The latest Node.js Tracer supports versions
>=14. For a full list of Datadog’s Node.js version and framework support (including legacy and maintenance versions), see the Compatibility Requirements page.
Installation and getting started
Follow the in-app documentation (recommended)
Follow the Quick start instructions in Datadog for the best experience, including:
- Step-by-step instructions scoped to your deployment configuration (hosts, Docker, Kubernetes, or Amazon ECS).
- Dynamically set
- Enable the Continuous Profiler, ingesting 100% of traces, and Trace ID injection into logs during setup.
Configure the Datadog Agent for APM
Install and configure the Datadog Agent to receive traces from your instrumented application. By default the Datadog Agent is enabled in your
datadog.yaml file under
enabled: true and listens for trace traffic at
localhost:8126. For containerized environments, follow the links below to enable trace collection within the Datadog Agent.
apm_non_local_traffic: true in the
apm_config section of your main
datadog.yaml configuration file.
See the specific setup instructions to ensure that the Agent is configured to receive traces in a containerized environment:
The tracing client sends traces to
localhost:8126 by default. If this is not the correct host and port for your Agent, set the
DD_TRACE_AGENT_PORT environment variables by running:
DD_AGENT_HOST=<HOSTNAME> DD_TRACE_AGENT_PORT=<PORT> node server
To use Unix domain sockets, specify the entire URL as a single environment variable,
DD_TRACE_AGENT_URL=unix:<SOCKET_PATH> node server
DD_SITE in the Datadog Agent to
to ensure the Agent sends data to the right Datadog location.
Read tracer settings for a list of initialization options.
Instrument your application
After the Agent is installed, follow these steps to add the Datadog tracing library to your Node.js applications:
Install the Datadog Tracing library using npm for Node.js 14+:
npm install dd-trace --save
If you need to trace end-of-life Node.js version 12, install version 2.x of
dd-trace by running:
npm install dd-trace@latest-node12
For more information on our distribution tags and Node.js runtime version support, see the Compatibility Requirements page.
Import and initialize the tracer either in code or via command line arguments. The Node.js tracing library needs to be imported and initialized before any other module.
Once you have completed setup, if you are not receiving complete traces, including missing URL routes for web requests, or disconnected or missing spans, confirm step 2 has been correctly done. The tracing library being initialized first is necessary for the tracer to properly patch all of the required libraries for automatic instrumentation.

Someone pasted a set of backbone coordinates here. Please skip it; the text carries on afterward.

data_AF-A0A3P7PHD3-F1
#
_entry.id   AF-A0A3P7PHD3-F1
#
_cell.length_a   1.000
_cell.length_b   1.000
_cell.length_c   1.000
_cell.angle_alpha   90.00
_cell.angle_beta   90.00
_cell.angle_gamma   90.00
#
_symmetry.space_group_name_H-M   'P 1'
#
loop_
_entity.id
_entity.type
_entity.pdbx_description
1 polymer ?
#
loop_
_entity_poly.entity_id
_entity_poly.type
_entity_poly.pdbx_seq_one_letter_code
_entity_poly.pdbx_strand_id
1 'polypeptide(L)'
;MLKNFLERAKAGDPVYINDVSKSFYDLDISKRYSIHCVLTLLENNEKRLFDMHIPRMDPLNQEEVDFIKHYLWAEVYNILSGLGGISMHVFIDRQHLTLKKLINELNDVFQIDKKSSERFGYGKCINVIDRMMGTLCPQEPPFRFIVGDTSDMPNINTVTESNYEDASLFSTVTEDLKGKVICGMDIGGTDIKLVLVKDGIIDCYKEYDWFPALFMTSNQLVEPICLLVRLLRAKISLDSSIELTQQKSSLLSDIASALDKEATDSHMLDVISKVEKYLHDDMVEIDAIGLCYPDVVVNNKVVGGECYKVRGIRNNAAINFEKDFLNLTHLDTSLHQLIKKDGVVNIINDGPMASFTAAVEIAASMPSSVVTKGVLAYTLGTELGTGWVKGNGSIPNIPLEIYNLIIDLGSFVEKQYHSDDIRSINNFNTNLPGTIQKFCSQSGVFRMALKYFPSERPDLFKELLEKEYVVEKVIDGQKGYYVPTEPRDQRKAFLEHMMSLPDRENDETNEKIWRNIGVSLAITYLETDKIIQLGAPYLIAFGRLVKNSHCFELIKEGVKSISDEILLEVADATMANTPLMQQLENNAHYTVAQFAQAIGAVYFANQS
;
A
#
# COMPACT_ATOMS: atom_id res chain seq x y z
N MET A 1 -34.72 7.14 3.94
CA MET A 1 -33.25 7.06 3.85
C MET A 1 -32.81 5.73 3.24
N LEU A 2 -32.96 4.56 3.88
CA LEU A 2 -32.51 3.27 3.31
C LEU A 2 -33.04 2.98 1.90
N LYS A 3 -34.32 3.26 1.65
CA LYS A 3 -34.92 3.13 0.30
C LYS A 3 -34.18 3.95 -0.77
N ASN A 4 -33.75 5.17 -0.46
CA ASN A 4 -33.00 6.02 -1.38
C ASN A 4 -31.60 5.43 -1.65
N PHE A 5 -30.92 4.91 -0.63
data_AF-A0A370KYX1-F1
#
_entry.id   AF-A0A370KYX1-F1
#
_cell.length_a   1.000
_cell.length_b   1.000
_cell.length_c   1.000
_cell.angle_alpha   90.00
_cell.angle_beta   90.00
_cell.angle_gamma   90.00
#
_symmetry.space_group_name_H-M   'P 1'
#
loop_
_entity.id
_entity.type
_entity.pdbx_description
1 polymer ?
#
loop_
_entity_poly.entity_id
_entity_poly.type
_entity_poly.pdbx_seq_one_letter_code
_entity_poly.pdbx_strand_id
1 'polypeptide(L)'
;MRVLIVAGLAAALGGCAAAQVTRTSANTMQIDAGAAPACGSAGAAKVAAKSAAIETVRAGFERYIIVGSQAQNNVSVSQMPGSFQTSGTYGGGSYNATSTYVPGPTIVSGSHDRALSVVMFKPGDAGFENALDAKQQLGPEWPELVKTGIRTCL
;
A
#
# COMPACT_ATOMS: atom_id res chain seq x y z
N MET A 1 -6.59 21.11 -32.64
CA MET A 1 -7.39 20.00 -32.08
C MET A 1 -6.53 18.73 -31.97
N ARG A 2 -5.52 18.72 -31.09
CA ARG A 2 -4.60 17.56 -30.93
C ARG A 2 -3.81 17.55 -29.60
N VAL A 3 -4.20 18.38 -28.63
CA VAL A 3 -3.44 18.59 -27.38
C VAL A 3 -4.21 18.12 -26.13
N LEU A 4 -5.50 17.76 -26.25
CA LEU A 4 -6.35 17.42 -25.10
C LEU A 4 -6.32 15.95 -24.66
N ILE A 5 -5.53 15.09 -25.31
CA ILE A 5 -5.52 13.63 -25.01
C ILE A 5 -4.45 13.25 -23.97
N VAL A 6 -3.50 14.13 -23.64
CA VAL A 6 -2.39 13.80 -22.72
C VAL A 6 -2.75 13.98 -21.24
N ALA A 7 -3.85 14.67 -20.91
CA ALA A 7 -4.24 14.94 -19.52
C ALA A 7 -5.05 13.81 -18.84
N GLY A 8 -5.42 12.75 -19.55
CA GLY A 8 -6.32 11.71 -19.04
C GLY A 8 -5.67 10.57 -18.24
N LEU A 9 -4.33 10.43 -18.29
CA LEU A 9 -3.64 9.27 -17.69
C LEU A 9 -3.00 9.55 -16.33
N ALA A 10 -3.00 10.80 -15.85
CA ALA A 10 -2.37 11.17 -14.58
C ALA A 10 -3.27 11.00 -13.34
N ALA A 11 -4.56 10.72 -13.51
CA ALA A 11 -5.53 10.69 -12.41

When using a transpiler such as TypeScript, Webpack, Babel, or others, import and initialize the tracer library in an external file and then import that file as a whole when building your application.
Adding the tracer in code
// This line must come before importing any instrumented module.
const tracer = require('dd-trace').init();
TypeScript and bundlers
For TypeScript and bundlers that support EcmaScript Module syntax, initialize the tracer in a separate file in order to maintain correct load
import './tracer'; // must come before importing any instrumented module.
import tracer from 'dd-trace';
tracer.init(); // initialized in a different file to avoid hoisting.
export default tracer;
If the default config is sufficient, or all configuration is done
via environment variables, you can also use
dd-trace/init, which loads and
initializes in one step.
Adding the tracer via command line arguments
--require option to Node.js to load and initialize the tracer in one
node --require dd-trace/init app.js
Note: This approach requires using environment variables for all
configuration of the tracer.
If needed, configure the tracing library to send application performance telemetry data as you require, including setting up Unified Service Tagging. Read Library Configuration for details.
Additional helpful documentation, links, and articles: